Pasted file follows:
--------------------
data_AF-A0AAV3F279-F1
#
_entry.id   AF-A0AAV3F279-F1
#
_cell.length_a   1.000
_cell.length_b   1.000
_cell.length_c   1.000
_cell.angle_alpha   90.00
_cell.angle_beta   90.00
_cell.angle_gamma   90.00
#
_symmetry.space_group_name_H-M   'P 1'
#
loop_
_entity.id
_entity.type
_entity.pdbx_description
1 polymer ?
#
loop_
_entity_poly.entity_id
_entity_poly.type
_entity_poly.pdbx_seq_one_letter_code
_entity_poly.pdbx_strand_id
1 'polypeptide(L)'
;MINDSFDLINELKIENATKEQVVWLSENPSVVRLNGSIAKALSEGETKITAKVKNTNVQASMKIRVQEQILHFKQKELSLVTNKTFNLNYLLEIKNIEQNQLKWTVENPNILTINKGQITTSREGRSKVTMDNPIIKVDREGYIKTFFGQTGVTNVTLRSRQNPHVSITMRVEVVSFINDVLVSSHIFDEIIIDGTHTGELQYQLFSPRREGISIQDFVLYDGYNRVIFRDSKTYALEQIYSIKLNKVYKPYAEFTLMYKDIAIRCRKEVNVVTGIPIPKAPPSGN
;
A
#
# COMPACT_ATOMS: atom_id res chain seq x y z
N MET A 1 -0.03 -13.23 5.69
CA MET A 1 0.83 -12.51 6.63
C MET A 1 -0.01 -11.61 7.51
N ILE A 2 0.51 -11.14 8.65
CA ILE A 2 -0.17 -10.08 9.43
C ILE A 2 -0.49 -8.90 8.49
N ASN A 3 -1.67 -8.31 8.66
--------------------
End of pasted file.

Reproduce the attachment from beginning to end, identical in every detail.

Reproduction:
data_AF-A0AAV3F279-F1
#
_entry.id   AF-A0AAV3F279-F1
#
_cell.length_a   1.000
_cell.length_b   1.000
_cell.length_c   1.000
_cell.angle_alpha   90.00
_cell.angle_beta   90.00
_cell.angle_gamma   90.00
#
_symmetry.space_group_name_H-M   'P 1'
#
loop_
_entity.id
_entity.type
_entity.pdbx_description
1 polymer ?
#
loop_
_entity_poly.entity_id
_entity_poly.type
_entity_poly.pdbx_seq_one_letter_code
_entity_poly.pdbx_strand_id
1 'polypeptide(L)'
;MINDSFDLINELKIENATKEQVVWLSENPSVVRLNGSIAKALSEGETKITAKVKNTNVQASMKIRVQEQILHFKQKELSLVTNKTFNLNYLLEIKNIEQNQLKWTVENPNILTINKGQITTSREGRSKVTMDNPIIKVDREGYIKTFFGQTGVTNVTLRSRQNPHVSITMRVEVVSFINDVLVSSHIFDEIIIDGTHTGELQYQLFSPRREGISIQDFVLYDGYNRVIFRDSKTYALEQIYSIKLNKVYKPYAEFTLMYKDIAIRCRKEVNVVTGIPIPKAPPSGN
;
A
#
# COMPACT_ATOMS: atom_id res chain seq x y z
N MET A 1 -0.03 -13.23 5.69
CA MET A 1 0.83 -12.51 6.63
C MET A 1 -0.01 -11.61 7.51
N ILE A 2 0.51 -11.14 8.65
CA ILE A 2 -0.17 -10.08 9.43
C ILE A 2 -0.49 -8.90 8.49
N ASN A 3 -1.67 -8.31 8.66